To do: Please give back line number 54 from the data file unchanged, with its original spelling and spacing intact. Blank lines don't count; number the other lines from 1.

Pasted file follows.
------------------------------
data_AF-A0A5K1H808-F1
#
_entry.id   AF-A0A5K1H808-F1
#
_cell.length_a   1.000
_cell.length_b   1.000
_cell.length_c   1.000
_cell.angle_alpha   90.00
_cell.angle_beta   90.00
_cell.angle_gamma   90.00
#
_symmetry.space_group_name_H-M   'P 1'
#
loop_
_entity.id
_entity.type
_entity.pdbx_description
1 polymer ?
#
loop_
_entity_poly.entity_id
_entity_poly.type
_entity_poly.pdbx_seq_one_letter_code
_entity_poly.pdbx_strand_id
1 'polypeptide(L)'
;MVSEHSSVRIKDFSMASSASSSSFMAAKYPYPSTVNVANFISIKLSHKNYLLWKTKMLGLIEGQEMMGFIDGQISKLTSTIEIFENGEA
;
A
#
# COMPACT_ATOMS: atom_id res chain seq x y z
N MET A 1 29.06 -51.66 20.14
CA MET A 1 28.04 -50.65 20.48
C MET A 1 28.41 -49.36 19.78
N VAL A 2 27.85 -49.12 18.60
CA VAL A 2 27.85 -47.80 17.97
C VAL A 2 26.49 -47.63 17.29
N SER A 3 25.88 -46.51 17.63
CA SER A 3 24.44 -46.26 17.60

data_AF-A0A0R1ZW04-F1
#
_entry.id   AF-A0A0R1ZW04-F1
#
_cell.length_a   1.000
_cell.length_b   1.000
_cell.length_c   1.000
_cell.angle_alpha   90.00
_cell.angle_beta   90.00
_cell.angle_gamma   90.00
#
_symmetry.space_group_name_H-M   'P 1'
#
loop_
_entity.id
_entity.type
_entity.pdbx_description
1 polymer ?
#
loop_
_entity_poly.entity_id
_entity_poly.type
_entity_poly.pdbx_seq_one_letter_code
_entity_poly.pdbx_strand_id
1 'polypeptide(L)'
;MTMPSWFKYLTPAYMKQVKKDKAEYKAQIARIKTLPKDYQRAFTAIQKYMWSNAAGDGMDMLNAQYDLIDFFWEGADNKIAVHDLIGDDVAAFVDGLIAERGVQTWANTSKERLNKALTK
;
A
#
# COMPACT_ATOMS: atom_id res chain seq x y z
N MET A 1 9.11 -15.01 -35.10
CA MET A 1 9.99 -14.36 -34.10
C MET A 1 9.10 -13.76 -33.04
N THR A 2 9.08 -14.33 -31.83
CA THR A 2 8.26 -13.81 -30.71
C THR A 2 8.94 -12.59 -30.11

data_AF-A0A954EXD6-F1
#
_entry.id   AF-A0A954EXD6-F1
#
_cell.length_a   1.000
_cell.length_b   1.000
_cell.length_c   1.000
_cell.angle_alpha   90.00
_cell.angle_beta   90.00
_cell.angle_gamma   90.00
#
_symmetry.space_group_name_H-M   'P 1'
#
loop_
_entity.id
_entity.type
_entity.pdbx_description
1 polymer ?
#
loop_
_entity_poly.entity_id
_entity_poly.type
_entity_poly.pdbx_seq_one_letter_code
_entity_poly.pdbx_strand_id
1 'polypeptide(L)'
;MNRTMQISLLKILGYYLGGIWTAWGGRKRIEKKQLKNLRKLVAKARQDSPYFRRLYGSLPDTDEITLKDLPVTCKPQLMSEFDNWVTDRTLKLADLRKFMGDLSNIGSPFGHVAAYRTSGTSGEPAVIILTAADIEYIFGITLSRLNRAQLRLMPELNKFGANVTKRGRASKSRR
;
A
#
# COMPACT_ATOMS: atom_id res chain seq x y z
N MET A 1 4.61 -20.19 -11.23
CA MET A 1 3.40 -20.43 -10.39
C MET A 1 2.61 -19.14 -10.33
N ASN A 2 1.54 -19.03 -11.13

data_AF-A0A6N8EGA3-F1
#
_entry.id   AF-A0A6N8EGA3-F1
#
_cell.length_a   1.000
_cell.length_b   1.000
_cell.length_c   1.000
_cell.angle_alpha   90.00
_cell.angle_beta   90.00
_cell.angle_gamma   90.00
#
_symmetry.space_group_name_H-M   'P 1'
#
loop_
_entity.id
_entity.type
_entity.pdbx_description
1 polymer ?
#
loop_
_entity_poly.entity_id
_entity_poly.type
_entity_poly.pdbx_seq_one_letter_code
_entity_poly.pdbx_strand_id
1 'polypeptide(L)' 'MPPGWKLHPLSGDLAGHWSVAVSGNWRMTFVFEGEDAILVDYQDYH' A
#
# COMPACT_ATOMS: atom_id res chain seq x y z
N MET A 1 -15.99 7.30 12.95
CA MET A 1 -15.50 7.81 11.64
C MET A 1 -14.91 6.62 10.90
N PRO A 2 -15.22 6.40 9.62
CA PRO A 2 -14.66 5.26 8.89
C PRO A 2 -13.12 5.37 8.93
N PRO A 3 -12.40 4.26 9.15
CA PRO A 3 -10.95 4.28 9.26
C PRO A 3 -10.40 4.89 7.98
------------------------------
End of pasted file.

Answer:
_entity.type